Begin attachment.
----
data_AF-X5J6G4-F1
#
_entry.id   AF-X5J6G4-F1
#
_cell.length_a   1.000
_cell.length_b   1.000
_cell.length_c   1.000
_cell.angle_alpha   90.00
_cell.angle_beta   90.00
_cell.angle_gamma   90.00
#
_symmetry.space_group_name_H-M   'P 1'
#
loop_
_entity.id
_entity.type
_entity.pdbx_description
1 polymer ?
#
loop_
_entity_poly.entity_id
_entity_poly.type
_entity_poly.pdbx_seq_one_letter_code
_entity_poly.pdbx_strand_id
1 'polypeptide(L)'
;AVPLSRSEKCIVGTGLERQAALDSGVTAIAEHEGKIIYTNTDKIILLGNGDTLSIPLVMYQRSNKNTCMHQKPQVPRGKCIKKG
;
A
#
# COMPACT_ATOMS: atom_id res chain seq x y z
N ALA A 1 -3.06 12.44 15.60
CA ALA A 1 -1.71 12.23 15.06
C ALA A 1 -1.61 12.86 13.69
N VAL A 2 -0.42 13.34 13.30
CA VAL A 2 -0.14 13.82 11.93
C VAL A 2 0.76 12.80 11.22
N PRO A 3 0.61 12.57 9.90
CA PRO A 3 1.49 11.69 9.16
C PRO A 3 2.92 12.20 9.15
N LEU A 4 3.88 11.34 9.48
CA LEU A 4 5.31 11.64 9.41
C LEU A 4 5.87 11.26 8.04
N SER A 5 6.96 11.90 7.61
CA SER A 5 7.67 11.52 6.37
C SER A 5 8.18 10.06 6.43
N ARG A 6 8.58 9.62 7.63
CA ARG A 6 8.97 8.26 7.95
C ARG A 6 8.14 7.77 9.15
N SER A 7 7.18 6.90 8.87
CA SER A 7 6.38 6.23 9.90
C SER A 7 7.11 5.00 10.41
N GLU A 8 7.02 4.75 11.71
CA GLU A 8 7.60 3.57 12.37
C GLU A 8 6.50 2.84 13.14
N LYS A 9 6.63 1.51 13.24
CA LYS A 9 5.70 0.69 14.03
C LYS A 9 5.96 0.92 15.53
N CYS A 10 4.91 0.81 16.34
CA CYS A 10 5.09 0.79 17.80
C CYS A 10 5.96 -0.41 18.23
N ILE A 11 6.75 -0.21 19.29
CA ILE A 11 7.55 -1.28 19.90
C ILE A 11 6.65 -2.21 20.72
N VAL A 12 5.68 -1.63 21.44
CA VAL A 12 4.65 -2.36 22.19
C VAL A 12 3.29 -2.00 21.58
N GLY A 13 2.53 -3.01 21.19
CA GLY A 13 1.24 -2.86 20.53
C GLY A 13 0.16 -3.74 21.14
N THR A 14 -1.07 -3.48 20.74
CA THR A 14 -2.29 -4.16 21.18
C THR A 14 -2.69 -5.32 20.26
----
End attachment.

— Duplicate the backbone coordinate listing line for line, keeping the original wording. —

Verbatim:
data_AF-X5J6G4-F1
#
_entry.id   AF-X5J6G4-F1
#
_cell.length_a   1.000
_cell.length_b   1.000
_cell.length_c   1.000
_cell.angle_alpha   90.00
_cell.angle_beta   90.00
_cell.angle_gamma   90.00
#
_symmetry.space_group_name_H-M   'P 1'
#
loop_
_entity.id
_entity.type
_entity.pdbx_description
1 polymer ?
#
loop_
_entity_poly.entity_id
_entity_poly.type
_entity_poly.pdbx_seq_one_letter_code
_entity_poly.pdbx_strand_id
1 'polypeptide(L)'
;AVPLSRSEKCIVGTGLERQAALDSGVTAIAEHEGKIIYTNTDKIILLGNGDTLSIPLVMYQRSNKNTCMHQKPQVPRGKCIKKG
;
A
#
# COMPACT_ATOMS: atom_id res chain seq x y z
N ALA A 1 -3.06 12.44 15.60
CA ALA A 1 -1.71 12.23 15.06
C ALA A 1 -1.61 12.86 13.69
N VAL A 2 -0.42 13.34 13.30
CA VAL A 2 -0.14 13.82 11.93
C VAL A 2 0.76 12.80 11.22
N PRO A 3 0.61 12.57 9.90
CA PRO A 3 1.49 11.69 9.16
C PRO A 3 2.92 12.20 9.15
N LEU A 4 3.88 11.34 9.48
CA LEU A 4 5.31 11.64 9.41
C LEU A 4 5.87 11.26 8.04
N SER A 5 6.96 11.90 7.61
CA SER A 5 7.67 11.52 6.37
C SER A 5 8.18 10.06 6.43
N ARG A 6 8.58 9.62 7.63
CA ARG A 6 8.97 8.26 7.95
C ARG A 6 8.14 7.77 9.15
N SER A 7 7.18 6.90 8.87
CA SER A 7 6.38 6.23 9.90
C SER A 7 7.11 5.00 10.41
N GLU A 8 7.02 4.75 11.71
CA GLU A 8 7.60 3.57 12.37
C GLU A 8 6.50 2.84 13.14
N LYS A 9 6.63 1.51 13.24
CA LYS A 9 5.70 0.69 14.03
C LYS A 9 5.96 0.92 15.53
N CYS A 10 4.91 0.81 16.34
CA CYS A 10 5.09 0.79 17.80
C CYS A 10 5.96 -0.41 18.23
N ILE A 11 6.75 -0.21 19.29
CA ILE A 11 7.55 -1.28 19.90
C ILE A 11 6.65 -2.21 20.72
N VAL A 12 5.68 -1.63 21.44
CA VAL A 12 4.65 -2.36 22.19
C VAL A 12 3.29 -2.00 21.58
N GLY A 13 2.53 -3.01 21.19
CA GLY A 13 1.24 -2.86 20.53
C GLY A 13 0.16 -3.74 21.14
N THR A 14 -1.07 -3.48 20.74
CA THR A 14 -2.29 -4.16 21.18
C THR A 14 -2.69 -5.32 20.26